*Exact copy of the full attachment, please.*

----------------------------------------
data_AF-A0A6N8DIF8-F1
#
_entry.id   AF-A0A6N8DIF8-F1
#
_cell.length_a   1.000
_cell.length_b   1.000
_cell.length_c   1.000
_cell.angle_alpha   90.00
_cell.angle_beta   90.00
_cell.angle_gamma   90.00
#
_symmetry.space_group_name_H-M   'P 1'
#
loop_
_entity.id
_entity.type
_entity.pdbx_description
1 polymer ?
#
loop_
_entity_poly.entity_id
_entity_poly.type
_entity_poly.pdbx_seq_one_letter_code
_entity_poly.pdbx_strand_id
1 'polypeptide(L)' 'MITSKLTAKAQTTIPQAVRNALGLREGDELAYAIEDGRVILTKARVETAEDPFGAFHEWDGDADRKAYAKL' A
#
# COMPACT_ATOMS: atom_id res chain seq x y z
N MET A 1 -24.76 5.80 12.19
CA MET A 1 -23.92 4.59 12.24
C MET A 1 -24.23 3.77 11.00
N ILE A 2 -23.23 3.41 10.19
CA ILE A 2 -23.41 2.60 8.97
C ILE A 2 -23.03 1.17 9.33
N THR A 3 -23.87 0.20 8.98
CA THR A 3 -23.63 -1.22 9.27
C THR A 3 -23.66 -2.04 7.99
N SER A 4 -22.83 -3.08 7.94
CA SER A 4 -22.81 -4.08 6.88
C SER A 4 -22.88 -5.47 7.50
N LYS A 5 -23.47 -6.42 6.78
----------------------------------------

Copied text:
data_AF-A0A6N8DIF8-F1
#
_entry.id   AF-A0A6N8DIF8-F1
#
_cell.length_a   1.000
_cell.length_b   1.000
_cell.length_c   1.000
_cell.angle_alpha   90.00
_cell.angle_beta   90.00
_cell.angle_gamma   90.00
#
_symmetry.space_group_name_H-M   'P 1'
#
loop_
_entity.id
_entity.type
_entity.pdbx_description
1 polymer ?
#
loop_
_entity_poly.entity_id
_entity_poly.type
_entity_poly.pdbx_seq_one_letter_code
_entity_poly.pdbx_strand_id
1 'polypeptide(L)' 'MITSKLTAKAQTTIPQAVRNALGLREGDELAYAIEDGRVILTKARVETAEDPFGAFHEWDGDADRKAYAKL' A
#
# COMPACT_ATOMS: atom_id res chain seq x y z
N MET A 1 -24.76 5.80 12.19
CA MET A 1 -23.92 4.59 12.24
C MET A 1 -24.23 3.77 11.00
N ILE A 2 -23.23 3.41 10.19
CA ILE A 2 -23.41 2.60 8.97
C ILE A 2 -23.03 1.17 9.33
N THR A 3 -23.87 0.20 8.98
CA THR A 3 -23.63 -1.22 9.27
C THR A 3 -23.66 -2.04 7.99
N SER A 4 -22.83 -3.08 7.94
CA SER A 4 -22.81 -4.08 6.88
C SER A 4 -22.88 -5.47 7.50
N LYS A 5 -23.47 -6.42 6.78